|Title:||The World Does Move|
|Publisher:||Doubleday, Doran and Company, Inc.|
Smoothly written and closely observed, the second of Booth Tarkington’s semi-autobiographical accounts, The World Does move gives weight and specificity to what otherwise seems a cliche.
The World Does Move concerns Tarkington’s life from around 1900 (he characterizes the beginning only as the fin de siècle) to 1928, though he is at pains to make it known that the book is not a species of ‘autobiographical writing—for this is not a personal memoir.’ What he hopes to capture is the changes in the eras, from the fin de siècle to the 1920s. The book lacks the anger of some of his earlier works on the changes to the Midwest (and Indianapolis, which he christens here Midland) and is more ruminative.—Joshua Buhs, goodreads.com. [Suggest a different description.]
Author Bio for Tarkington, Booth
Newton Booth Tarkington (July 29, 1869—May 19, 1946) was an American novelist and dramatist best known for his Pulitzer Prize-winning novels The Magnificent Ambersons and Alice Adams. Tarkington's works often centered on life in the mid-west among everyday Americans attempting to live out their dreams. His literary pieces earned him much fame and attention during his lifetime and led him to win many awards for his work. His idyllic settings made his novels and plays popular with the public. His work described Americans at their best, living lives of carefree bliss in a blessed land. This may not have described what many people actually experienced but it did represent what many people wanted for themselves and for their families.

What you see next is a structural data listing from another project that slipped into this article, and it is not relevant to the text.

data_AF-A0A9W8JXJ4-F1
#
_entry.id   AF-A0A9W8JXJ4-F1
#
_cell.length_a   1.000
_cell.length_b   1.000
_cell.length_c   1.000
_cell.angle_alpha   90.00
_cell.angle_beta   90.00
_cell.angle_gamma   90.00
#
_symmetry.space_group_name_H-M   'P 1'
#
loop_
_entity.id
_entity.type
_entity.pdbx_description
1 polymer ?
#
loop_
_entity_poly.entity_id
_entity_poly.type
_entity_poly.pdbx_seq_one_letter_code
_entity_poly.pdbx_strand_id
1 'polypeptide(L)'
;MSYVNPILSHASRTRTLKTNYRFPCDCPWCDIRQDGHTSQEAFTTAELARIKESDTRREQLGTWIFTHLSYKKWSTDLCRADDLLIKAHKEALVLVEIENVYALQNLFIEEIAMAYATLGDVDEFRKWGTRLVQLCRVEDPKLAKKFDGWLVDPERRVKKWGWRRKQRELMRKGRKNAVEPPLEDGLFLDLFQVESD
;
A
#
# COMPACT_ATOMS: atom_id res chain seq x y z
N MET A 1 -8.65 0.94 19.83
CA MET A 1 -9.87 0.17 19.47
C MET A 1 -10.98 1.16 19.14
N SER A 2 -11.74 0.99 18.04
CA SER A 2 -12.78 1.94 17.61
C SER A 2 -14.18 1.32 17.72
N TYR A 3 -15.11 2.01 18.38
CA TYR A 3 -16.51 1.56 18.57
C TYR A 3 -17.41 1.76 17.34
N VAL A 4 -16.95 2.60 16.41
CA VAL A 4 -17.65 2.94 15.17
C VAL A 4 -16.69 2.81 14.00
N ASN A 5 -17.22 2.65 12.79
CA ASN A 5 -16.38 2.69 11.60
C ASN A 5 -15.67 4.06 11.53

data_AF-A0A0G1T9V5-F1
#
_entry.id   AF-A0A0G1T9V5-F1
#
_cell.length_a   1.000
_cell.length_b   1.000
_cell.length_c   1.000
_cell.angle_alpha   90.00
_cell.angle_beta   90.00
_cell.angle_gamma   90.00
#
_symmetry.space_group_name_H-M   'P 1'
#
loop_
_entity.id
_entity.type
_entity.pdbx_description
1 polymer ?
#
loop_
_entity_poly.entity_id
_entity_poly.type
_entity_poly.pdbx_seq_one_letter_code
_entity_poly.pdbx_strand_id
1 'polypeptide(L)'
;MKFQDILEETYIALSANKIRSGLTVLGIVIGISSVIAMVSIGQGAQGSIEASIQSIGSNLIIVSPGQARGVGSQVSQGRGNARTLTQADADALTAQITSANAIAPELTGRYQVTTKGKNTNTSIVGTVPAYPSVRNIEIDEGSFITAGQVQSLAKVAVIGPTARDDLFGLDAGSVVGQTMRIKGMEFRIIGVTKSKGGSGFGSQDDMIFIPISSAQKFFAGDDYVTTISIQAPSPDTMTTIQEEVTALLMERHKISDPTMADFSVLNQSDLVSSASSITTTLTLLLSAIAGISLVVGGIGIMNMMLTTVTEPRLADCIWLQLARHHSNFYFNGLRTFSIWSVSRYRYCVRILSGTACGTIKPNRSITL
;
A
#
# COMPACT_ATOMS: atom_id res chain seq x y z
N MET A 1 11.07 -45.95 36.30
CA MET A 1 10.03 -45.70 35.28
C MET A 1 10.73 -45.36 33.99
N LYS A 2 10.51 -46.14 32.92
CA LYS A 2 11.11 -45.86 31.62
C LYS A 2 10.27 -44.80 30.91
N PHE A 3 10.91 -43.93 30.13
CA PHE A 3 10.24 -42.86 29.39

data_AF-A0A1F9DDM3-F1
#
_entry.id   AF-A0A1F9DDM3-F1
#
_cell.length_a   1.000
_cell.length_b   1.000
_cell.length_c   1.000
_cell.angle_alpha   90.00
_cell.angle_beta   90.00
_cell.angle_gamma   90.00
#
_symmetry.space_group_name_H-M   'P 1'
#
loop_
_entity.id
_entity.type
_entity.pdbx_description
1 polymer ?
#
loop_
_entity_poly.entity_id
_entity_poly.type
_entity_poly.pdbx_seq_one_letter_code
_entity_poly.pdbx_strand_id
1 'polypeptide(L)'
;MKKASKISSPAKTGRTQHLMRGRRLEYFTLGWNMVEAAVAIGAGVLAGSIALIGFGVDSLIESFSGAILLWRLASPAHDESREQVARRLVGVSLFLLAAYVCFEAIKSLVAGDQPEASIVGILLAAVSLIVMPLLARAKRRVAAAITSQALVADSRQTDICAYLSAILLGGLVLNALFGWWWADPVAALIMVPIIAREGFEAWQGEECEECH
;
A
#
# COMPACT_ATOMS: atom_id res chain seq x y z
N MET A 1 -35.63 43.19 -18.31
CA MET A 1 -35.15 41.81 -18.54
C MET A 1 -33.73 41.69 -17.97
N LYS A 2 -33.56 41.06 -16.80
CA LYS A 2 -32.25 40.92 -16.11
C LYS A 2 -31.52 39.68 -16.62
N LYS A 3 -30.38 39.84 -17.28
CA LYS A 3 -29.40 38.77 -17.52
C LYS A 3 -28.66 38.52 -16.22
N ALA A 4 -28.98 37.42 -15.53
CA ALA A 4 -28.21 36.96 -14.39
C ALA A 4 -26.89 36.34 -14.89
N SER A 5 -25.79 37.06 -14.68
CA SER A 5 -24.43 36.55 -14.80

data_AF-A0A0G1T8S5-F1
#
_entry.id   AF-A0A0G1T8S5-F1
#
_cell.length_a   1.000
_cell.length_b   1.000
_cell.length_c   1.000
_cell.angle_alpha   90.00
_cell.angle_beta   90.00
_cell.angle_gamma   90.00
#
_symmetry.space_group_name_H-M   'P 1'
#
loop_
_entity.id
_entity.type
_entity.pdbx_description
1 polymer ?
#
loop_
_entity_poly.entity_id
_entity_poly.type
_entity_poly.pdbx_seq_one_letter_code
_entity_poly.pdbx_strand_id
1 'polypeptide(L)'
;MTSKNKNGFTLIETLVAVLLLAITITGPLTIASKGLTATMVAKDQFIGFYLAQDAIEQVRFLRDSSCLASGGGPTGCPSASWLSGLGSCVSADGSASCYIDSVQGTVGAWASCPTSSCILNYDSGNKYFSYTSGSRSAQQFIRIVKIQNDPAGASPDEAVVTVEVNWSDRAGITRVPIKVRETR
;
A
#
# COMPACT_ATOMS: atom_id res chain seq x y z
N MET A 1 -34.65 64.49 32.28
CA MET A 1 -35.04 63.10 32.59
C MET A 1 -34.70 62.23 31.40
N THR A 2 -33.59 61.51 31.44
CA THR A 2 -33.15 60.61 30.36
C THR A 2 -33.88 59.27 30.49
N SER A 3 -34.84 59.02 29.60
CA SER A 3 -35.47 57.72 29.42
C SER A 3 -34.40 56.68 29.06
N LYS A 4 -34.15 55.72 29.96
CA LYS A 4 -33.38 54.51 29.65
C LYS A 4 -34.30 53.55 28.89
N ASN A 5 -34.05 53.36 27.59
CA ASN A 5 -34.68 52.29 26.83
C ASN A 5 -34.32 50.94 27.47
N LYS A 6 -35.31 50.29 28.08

In the 1910s and 1920s, Tarkington was the great American novelist, as important as Mark Twain. His works were reprinted many times, were often on best-seller lists, won many prizes, and were adapted into other media.
Tarkington began losing his eyesight in the 1920s and was blind in his later years. He continued producing his works by dictating to a secretary. Despite his failing eyesight, between 1928 and 1940 he edited several historical novels by his Kennebunkport, Maine neighbor Kenneth Roberts, who described Tarkington as a "co-author" of his later books and dedicated three of them (Rabble in Arms, Northwest Passage, and Oliver Wiswell) to him.
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